Prior to this stent technology, Joye said doctors have had several options for treating PAD below the knee, including angioplasty, cutting balloons, and cryoplasty. While all of these have been successful in treating critical limb ischemia, he said secondary issues still could be better served.
He said that while the main tenet of this study is “does this application using this stent in this group of patients result in limb salvage?” several secondary questions including how quickly do the wounds heal?, what kind of quality of life do these patients have?, and does the vessel stay open longer?, cry out for better answers. These secondary issues are all things Joye and the other investigators hope this trial will address in a more satisfactory way than current surgical options are able to do.
The study is expected to enroll 140 patients at about a dozen centers, according to Joye. He said the patients will not be randomized because it would not be ethical to randomize patients to something else, particularly because this is a group in which 90% of patients end up as amputees. The results will be compared to what the results of surgical bypasses have been below the knee, an area in which a comprehensive amount of scientific literature exists.
He said if all goes well, the investigators hope to complete enrollment in the trial by the end of the year.
VPI said the XCELL study meets the group's goal of executing trials that will support standards of practice. The organization said it is also is involved in developing objective performance criteria for limb salvage and interventions for lower extremity peripheral arterial disease, and is investigating strategies to deal with in-stent restenosis and acute stroke intervention.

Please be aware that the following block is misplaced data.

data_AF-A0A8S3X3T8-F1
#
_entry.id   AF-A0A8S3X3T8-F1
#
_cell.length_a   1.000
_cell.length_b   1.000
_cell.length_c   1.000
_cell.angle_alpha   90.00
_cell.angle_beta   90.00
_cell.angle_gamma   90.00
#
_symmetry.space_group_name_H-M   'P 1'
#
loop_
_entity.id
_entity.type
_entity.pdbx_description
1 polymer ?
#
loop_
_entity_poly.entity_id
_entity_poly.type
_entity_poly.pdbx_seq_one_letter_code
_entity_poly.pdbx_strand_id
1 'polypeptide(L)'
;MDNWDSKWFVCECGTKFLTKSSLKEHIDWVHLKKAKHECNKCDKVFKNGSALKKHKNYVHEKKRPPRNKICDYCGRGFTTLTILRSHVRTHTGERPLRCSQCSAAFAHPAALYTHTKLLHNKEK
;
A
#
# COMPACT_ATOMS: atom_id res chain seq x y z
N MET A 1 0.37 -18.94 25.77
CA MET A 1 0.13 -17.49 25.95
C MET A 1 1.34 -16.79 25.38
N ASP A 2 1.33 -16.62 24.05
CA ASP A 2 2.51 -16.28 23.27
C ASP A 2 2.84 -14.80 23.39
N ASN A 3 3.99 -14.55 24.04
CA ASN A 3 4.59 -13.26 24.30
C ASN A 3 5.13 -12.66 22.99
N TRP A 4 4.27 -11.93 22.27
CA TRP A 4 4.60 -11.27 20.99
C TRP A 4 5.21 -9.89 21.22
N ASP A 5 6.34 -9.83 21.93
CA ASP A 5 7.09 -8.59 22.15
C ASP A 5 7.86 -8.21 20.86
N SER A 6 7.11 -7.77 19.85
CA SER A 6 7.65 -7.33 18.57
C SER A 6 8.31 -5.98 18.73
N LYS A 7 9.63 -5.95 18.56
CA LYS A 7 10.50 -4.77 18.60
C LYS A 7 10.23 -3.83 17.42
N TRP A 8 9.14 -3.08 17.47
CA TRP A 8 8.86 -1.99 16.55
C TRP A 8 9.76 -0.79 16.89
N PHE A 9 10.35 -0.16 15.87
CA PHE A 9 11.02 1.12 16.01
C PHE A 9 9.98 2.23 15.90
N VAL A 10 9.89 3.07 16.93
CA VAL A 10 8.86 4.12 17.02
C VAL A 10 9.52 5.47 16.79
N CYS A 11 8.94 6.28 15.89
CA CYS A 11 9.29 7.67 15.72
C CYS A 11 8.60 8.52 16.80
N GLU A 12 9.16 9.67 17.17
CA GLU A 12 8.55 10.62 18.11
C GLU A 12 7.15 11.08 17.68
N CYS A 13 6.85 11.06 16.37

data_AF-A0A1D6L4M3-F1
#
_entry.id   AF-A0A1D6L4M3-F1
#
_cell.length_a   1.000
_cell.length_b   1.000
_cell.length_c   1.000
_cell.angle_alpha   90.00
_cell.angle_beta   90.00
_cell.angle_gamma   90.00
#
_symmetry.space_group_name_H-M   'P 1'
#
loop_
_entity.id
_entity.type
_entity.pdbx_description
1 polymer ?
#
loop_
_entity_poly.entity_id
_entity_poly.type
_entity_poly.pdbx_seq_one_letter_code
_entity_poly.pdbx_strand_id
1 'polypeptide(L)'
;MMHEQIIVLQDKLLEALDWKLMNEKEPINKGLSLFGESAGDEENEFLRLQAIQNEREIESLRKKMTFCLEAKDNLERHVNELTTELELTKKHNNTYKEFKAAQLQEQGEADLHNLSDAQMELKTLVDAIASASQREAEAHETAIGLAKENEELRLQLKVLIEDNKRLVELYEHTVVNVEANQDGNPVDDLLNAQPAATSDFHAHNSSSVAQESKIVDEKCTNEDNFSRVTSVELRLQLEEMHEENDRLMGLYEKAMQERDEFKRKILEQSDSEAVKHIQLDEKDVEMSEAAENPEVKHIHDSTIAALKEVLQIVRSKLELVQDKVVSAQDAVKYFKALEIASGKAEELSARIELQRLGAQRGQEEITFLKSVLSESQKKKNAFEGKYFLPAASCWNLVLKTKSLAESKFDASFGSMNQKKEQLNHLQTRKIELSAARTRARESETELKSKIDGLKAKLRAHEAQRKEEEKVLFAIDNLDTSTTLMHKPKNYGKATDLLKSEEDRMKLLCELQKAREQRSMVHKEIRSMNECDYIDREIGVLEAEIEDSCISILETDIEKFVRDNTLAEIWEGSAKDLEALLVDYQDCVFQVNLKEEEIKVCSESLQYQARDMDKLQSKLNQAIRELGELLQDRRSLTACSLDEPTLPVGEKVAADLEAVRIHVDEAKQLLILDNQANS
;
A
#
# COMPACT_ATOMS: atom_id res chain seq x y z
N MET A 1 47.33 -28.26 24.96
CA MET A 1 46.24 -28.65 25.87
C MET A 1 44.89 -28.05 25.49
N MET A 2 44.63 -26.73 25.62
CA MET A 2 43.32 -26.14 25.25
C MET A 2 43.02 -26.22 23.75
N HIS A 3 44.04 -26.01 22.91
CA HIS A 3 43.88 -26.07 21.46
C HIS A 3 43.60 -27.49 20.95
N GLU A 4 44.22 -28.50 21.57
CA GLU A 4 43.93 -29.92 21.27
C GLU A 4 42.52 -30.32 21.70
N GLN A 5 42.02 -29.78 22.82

VPI describes itself as a not-for-profit organization involved in PAD education, research and therapy.
In a related technology announcement, Cordis Endovascular (Warren, New Jersey) this week reported nationwide introduction of what it called two “breakthrough devices,” Frontrunner XP CTO and Outback LTD Re-Entry Catheters to treat artery blockages in the lower leg.
Both devices facilitate placement of a guidewire in minimally invasive procedures such as angioplasty and stenting of chronic total occlusions (CTO). A CTO is a complete or nearly complete blockage of an artery that can lead to surgery or lower leg amputation.
In order to treat CTOs with less-invasive methods, a doctor must first cross through the blockage. The reentry catheters allow physicians to break through complete blockages allowing treatment with stents or balloons. By using these catheters, patients may avoid having to undergo difficult surgeries or even amputations, Cordis said.
“With the nationwide availability of these devices, many patients with diabetes or peripheral artery disease may now be able to avoid having amputations due to serious blockages in their legs,” said Dr. Dennis Donohoe, wordwide vice president, clinical and regulatory affairs for Cordis.
More than 20 million Americans who suffer from diabetes are at risk of amputation of a lower limb. In addition, patients without diabetes who have peripheral vascular disease may also develop CTOs. About 9 million people in the U.S. have peripheral vascular disease, and only 725,000 people are diagnosed annually and less than half receive either surgical or endovascular treatment.